Will You Be My Executor?

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Passare.com shutterstock 270607577.jpgexecutorwillyou Will You Be My Executor? tax returns several factors insurance policies fiduciary relationship assets

Have you ever been asked to be an Executor? Are you waiting to be asked the “big question”? Do you realize the commitment, loyalty and responsibility it takes to be an Executor? Chances are, you have yet to be an administrator of a loved one’s Will or Estate Plan.

Is being an Executor the right choice for you?

Making the choice to be an Executor is really up to you. Before you take on the responsibility of being the appointed Executor of a Will or Estate Plan make sure you know what you’re getting into.
As an Executor you are generally compensated for your time and efforts. At the same time, if you make a mistake you may be held personally liable. That’s why you also need a competent attorney if you agree to serve in this role. Committing to be an Executor is not a decision to be taken lightly.

?How big is the job as an Executor?

The size of the job depends on several factors:

  • How much property is involved?
  • How long the process is likely to take?
  • Whether there might be parties who question your decision.
  • Whether there are special considerations such as the care of under-age children or incapacitated parties.

As a Fiduciary (the Executor is in a Fiduciary relationship with the Beneficiary), you may be required to:

  • File a Will with the court to start the probate process.
  • Locate and take control of assets.
  • Run a business or hire a manger.
  • Assume responsibility for the care of children or incapacitated parties.
  • Pay debts and collect proceeds of insurance policies.
  • Sell assets not used and reinvest the assets wisely.
  • File tax returns and prepare accountings for the probate process.
  • Distribute the assets to the Beneficiaries.

If you agree to serve in one of these roles, make sure to hire an attorney. The Estate you’re serving will cover that expense and having an attorney will keep you from breaching any number of fiduciary duties the court might hold you to.

?What are the most desirable qualities in an Executor?

  • Perseverance is the key in dealing with bills (especially the hospital, Medicare, ambulance and doctor charges incurred if there was an illness). These often require a lot of paperwork, and payment first, then reimbursement from insurance companies.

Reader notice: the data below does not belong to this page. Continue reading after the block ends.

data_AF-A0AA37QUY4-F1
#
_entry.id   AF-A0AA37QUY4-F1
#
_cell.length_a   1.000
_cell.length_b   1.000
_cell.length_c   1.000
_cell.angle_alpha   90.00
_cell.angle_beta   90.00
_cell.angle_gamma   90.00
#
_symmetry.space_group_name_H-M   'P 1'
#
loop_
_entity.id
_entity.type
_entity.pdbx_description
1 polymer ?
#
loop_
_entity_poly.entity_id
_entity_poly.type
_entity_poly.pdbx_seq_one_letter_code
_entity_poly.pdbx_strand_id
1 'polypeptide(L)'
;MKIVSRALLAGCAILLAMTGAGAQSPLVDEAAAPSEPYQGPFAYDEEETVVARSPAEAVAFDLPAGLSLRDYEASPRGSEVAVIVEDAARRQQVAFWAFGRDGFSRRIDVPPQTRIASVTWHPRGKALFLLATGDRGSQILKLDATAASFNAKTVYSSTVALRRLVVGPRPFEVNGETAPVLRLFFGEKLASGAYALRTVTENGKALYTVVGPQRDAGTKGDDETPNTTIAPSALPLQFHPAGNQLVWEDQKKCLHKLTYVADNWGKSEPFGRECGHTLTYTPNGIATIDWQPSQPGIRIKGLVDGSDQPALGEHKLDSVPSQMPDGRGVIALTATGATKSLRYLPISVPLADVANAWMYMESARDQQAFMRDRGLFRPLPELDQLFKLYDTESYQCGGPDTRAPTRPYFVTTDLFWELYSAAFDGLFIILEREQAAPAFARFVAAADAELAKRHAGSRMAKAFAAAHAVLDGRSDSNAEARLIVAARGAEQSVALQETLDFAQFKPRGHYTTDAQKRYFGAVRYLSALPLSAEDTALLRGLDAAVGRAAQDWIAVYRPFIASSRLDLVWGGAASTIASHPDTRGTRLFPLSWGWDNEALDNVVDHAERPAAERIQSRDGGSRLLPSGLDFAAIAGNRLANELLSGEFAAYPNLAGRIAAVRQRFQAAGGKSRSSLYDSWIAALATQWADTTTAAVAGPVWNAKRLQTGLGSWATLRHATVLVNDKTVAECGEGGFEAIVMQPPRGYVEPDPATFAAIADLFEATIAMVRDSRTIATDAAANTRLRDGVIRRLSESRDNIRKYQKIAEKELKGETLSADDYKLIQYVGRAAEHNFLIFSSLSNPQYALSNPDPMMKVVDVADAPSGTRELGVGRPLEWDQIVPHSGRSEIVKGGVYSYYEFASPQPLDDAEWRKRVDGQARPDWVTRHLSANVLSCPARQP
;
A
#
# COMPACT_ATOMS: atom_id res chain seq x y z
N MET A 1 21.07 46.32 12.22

• You must have the time and inclination to deal with bureaucrats and forms. You may also have to cope with relatives who may be wondering why it’s taking so long to receive their inheritance, or why their bequests are smaller than they expected. This can happen if, for example, the money of the decedent was aggressively invested in the stock market, and those stocks nose-dived after they wrote the Will.
  • You have to be resourceful and competent to hire a CPA and-or lawyer to handle tax returns and income tax returns for income accrued before the death, Estate tax returns as well as Estate income tax returns for income taxes incurred after the death.
  • As an Executor you may also have to find and hire an investment advisor, particularly if the value of the Estate has changed substantially because of changes in the market.
  • An Executor cannot be a minor, convicted felon, or a non-U.S. citizen.

Note: While all states allow nonresidents to act as executors, some require a nonresident to be a primary beneficiary or close relative; others require a surety bond or that the out-of-state executor engage a resident to act as his or her representative.

Do you have what it takes to be an Executor?

6 Responses to “Will You Be My Executor?”

  1. […] Making the choice to be an Executor is really up to you. Before you take on the responsibility of being the appointed Executor of a Will or Estate Plan make sure you know what you’re getting into.  […]

  2. My mom is 86 with rapidly advancing dementia, no st memory I need to find person in th the state of FL so I don’t ever have to depend on B….. sister, she doesn’t to do it anyway… My mom wants this also, I’m her ft caregiver, she wants for nothiing, I want her to as autonomous as she can be and work om keep her strong. I just need someone to disburse funds from an existing trust. Where do I look, i’m in PBC, have worked in the legal field,but have nobody

    • Paula, thank you for your comment. As with all progressive ailments, it is important to act sooner rather than later. Once your mom loses mental capacity, her ability to determine her own fate erodes, and a court supervised conservatorship would be required. If she has capacity now, she can appoint an agent to act of her behalf, with a Durable Power of Attorney. This agent could then make medical and financial decisions for her.

      You mention there is an existing trust. If there is an existing trust, there is an existing trustee for that trust. If that trustee resigns, the trust may specify who the next trustee in line is. Otherwise, you could petition the court to have a trustee of the trust appointed. The trustee can then disburse the trust funds according to the terms of the trust.

      As for how to find a good lawyer, that is always a tricky question. If other family and trusted friends do not have any recommendations for you, there are websites like Yelp.com and Avvo.com where people can leave feedback, and you can search for one with good feedback in your area. Otherwise, almost every county has a bar association that maintains a list of lawyers by practice area. Most will offer a free initial consultation, so we recommend you meet with a few attorneys and pick the one you feel best suits your needs.

      I hope this helps, good luck! Robert Shepard

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